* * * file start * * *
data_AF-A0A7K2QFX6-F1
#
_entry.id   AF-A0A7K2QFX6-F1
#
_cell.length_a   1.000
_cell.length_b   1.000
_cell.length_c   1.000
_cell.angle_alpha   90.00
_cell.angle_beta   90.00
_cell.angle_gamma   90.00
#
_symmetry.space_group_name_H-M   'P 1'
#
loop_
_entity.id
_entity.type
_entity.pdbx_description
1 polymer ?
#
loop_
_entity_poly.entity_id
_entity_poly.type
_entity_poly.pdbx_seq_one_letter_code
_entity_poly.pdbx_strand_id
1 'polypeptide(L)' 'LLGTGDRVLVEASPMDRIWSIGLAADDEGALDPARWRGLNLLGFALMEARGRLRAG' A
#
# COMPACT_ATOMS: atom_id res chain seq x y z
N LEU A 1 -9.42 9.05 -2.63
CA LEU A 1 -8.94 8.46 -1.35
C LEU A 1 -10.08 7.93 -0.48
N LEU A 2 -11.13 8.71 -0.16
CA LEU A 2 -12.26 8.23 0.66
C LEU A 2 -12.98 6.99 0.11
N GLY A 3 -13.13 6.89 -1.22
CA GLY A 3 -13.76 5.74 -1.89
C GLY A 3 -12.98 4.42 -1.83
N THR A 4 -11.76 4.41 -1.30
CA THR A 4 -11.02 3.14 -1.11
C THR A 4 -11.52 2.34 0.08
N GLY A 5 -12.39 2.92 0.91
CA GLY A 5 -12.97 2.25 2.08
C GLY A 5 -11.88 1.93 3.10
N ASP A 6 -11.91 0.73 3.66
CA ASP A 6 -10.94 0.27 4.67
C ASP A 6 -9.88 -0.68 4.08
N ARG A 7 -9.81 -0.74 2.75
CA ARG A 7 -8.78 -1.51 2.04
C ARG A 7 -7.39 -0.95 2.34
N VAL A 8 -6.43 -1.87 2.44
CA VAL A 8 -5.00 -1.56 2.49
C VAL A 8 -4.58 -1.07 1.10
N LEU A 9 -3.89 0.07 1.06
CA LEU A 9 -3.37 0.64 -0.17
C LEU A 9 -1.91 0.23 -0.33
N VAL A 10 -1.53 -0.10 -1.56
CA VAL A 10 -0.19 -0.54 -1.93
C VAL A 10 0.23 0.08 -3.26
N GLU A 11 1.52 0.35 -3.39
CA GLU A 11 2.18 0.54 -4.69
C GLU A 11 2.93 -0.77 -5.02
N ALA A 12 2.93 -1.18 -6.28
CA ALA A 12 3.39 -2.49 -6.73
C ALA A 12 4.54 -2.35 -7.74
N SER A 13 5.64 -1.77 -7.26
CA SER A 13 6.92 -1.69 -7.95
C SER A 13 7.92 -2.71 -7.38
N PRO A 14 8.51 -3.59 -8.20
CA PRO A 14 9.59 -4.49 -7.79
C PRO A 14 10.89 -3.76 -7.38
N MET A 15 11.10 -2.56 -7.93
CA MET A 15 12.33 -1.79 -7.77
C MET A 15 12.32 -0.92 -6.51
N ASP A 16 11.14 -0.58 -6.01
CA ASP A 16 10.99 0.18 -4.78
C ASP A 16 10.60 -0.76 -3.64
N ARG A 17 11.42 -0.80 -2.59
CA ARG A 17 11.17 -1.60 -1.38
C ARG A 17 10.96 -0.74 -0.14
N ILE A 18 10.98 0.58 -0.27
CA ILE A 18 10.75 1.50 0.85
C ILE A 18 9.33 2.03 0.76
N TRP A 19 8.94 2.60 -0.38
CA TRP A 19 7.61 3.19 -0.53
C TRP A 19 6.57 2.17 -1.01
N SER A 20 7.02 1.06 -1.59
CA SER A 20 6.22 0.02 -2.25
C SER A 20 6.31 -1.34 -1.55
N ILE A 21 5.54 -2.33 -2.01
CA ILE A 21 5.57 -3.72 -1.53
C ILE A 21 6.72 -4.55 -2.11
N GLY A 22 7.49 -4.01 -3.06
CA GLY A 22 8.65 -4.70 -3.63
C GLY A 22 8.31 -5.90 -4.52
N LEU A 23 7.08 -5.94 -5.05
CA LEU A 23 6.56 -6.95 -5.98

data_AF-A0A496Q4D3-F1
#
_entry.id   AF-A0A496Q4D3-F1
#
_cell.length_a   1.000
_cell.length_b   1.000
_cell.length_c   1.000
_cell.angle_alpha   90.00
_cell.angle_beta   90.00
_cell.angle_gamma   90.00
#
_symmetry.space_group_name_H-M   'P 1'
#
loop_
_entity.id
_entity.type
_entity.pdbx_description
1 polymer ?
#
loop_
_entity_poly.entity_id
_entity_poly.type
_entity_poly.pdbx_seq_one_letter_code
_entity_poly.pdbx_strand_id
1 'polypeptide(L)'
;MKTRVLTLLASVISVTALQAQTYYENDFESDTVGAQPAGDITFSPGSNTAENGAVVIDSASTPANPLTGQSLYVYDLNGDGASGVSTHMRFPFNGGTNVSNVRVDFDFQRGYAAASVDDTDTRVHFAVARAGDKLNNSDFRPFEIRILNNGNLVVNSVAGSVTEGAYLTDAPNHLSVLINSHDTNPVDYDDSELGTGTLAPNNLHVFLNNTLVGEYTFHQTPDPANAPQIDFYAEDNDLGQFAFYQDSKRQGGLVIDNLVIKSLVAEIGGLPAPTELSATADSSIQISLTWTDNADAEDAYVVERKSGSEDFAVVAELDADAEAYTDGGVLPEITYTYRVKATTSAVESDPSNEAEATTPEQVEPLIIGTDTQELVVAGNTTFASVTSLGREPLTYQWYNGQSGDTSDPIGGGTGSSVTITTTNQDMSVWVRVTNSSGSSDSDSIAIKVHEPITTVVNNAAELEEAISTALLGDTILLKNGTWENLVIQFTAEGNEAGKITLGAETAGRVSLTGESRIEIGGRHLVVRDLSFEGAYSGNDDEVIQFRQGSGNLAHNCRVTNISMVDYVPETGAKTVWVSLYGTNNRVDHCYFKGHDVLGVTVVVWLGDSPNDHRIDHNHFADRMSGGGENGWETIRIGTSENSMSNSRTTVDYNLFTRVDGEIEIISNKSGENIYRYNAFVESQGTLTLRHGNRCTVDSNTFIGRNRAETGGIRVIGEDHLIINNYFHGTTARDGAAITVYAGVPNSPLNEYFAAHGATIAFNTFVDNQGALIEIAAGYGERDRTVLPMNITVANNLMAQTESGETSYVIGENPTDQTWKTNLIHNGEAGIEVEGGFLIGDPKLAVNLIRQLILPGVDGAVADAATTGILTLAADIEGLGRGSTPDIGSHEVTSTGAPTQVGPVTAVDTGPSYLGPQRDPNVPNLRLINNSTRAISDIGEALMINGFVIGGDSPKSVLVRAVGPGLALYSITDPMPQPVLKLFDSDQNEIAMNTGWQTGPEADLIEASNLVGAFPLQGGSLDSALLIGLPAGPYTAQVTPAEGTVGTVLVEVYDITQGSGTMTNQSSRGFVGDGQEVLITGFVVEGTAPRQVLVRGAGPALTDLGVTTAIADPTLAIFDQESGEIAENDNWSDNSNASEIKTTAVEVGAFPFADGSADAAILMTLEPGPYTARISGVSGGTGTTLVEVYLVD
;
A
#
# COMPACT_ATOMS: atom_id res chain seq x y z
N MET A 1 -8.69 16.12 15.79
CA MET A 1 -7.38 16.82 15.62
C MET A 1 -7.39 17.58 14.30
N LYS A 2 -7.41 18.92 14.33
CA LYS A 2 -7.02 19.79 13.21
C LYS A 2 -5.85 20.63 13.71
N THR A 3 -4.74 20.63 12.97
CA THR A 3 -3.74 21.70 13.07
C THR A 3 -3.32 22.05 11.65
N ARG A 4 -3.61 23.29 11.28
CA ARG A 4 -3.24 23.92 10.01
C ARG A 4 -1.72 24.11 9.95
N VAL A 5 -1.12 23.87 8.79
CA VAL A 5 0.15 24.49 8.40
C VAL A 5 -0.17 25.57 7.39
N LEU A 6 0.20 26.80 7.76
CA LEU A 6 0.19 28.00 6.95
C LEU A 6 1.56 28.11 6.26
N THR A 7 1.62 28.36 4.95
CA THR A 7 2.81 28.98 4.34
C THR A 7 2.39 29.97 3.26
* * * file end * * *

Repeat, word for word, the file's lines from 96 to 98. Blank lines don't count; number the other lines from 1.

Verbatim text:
data_AF-A0A496Q4D3-F1
#
_entry.id   AF-A0A496Q4D3-F1